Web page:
Why platinum

Why platinum

Why is platinum used in so many industry sectors?

Platinum has very ancient origins; it was already known and used by the Egyptians, the Greeks and the Romans, and by pre-Columbian civilizations. After that, it vanished for centuries, only to briefly resurface when the gold-seeking Spanish conquistadores came upon it. However, they failed to grasp its real value, mistook it for silver and named it "platina", a derogatory term that means "lesser silver", and the name that has come down to us.
It was only in 1750, thanks to Sir Brownrigg who, upon closer inspection, rediscovered its true value and unveiled its astounding features, which have given it an ever-increasing added value over the years.

Platinum and its alloys are used in many sectors: by goldsmiths, in analysis laboratories, in production, in research, in the surgical field, and for cables and electrical contacts.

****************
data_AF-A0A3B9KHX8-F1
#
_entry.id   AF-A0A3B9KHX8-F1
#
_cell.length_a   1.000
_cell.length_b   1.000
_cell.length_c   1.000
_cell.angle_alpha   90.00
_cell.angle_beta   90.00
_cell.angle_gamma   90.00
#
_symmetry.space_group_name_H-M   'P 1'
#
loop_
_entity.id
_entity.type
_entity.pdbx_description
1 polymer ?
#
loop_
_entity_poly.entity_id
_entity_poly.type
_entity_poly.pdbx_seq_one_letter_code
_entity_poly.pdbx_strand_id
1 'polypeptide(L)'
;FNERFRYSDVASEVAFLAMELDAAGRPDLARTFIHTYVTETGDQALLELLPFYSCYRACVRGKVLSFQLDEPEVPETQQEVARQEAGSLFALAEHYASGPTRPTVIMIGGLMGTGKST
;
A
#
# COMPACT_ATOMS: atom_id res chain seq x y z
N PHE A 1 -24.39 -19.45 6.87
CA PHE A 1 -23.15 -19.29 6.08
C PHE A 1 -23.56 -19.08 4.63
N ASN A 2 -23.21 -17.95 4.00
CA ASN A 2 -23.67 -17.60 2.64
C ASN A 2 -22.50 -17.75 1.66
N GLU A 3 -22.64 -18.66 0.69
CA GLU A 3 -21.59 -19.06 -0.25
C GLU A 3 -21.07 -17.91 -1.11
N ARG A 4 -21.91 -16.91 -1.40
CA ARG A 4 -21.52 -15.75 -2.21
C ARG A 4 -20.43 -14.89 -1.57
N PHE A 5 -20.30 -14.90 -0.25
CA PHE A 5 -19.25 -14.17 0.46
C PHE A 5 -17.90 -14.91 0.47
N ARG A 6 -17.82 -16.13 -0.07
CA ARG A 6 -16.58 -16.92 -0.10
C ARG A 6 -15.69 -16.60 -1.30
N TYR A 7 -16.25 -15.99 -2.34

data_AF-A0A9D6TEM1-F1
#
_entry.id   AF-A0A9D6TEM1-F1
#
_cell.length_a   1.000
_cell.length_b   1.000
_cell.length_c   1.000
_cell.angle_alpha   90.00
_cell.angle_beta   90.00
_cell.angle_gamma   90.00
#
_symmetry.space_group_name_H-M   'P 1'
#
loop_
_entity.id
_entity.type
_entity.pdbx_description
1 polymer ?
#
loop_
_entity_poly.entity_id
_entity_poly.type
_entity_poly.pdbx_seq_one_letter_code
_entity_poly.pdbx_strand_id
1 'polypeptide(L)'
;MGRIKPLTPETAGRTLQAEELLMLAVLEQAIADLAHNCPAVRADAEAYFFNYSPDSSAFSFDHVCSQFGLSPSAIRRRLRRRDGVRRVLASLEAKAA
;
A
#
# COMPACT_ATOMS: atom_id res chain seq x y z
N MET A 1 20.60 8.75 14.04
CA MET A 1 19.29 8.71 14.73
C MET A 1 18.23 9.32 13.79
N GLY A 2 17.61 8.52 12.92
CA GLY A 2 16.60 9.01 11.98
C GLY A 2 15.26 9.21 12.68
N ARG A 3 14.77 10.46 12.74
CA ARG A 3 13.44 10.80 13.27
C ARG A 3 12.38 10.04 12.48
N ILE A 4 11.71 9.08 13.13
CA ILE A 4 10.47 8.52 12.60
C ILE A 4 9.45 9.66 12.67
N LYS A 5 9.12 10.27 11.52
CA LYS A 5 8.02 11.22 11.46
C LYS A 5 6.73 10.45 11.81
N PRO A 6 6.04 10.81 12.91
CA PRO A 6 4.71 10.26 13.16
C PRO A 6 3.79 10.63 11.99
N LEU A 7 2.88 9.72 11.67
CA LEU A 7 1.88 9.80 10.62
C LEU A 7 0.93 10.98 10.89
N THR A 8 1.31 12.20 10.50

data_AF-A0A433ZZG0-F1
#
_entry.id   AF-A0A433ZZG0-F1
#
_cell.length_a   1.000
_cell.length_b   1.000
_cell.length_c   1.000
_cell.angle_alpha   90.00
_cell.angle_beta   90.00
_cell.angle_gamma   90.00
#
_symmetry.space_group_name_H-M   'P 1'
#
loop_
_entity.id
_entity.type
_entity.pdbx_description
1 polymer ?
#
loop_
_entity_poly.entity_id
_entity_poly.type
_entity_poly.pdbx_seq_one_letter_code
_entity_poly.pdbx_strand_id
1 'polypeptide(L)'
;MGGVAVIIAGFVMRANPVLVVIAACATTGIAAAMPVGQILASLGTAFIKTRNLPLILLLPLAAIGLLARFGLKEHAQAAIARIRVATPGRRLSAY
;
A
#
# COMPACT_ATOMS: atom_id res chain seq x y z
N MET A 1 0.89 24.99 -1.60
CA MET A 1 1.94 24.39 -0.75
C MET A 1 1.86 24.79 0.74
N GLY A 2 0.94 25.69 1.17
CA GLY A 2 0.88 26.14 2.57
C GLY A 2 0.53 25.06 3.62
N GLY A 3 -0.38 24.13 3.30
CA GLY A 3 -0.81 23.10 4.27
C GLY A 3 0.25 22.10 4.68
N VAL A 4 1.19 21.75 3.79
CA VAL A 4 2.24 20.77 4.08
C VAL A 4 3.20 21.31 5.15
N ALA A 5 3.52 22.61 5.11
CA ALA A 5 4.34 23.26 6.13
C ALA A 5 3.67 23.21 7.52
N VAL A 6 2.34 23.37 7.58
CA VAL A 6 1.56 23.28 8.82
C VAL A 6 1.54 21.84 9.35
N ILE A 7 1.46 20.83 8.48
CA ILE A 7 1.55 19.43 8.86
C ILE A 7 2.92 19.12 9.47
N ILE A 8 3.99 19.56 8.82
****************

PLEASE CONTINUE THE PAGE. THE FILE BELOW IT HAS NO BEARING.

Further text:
This broad application scope is largely due to its mechanical characteristics and resistance that, despite the high costs, guarantee yields and performance outside the reach of any other metal.

Pure platinum is resistant to corrosion and air oxidation, even at high temperatures.
Due to its inalterability to air, both at room temperature and at high temperatures, as well as its resistance to most chemical agents (excluding direct water), platinum is used for the manufacture of numerous laboratory apparatus and equipment in the chemical industry (crucibles, thermocouples, resistance thermometers, etc.).
At high temperatures, it is nonetheless liable to corrosion by cyanides, halogens, sulphur and caustic alkalis (lithium oxides and hydrates, sodium, potassium, rubidium, caesium); accordingly, it offers low mechanical resistance when exposed to high temperatures. It is for this reason that, depending on the intended use, platinum is combined in alloys with other metals.
In general, platinum-based alloys resist temperatures above 2000K (over 1,700°C), present excellent chemical stability, resist oxidation, high melting points and shocks; if that were not enough, they are ductile and guarantee good chemical and electrical conductivity.

The alloy selection largely depends on the intended application to which the metal must be submitted; this is especially relevant in the analysis area and, therefore, for the production of crucibles and other laboratory equipment.
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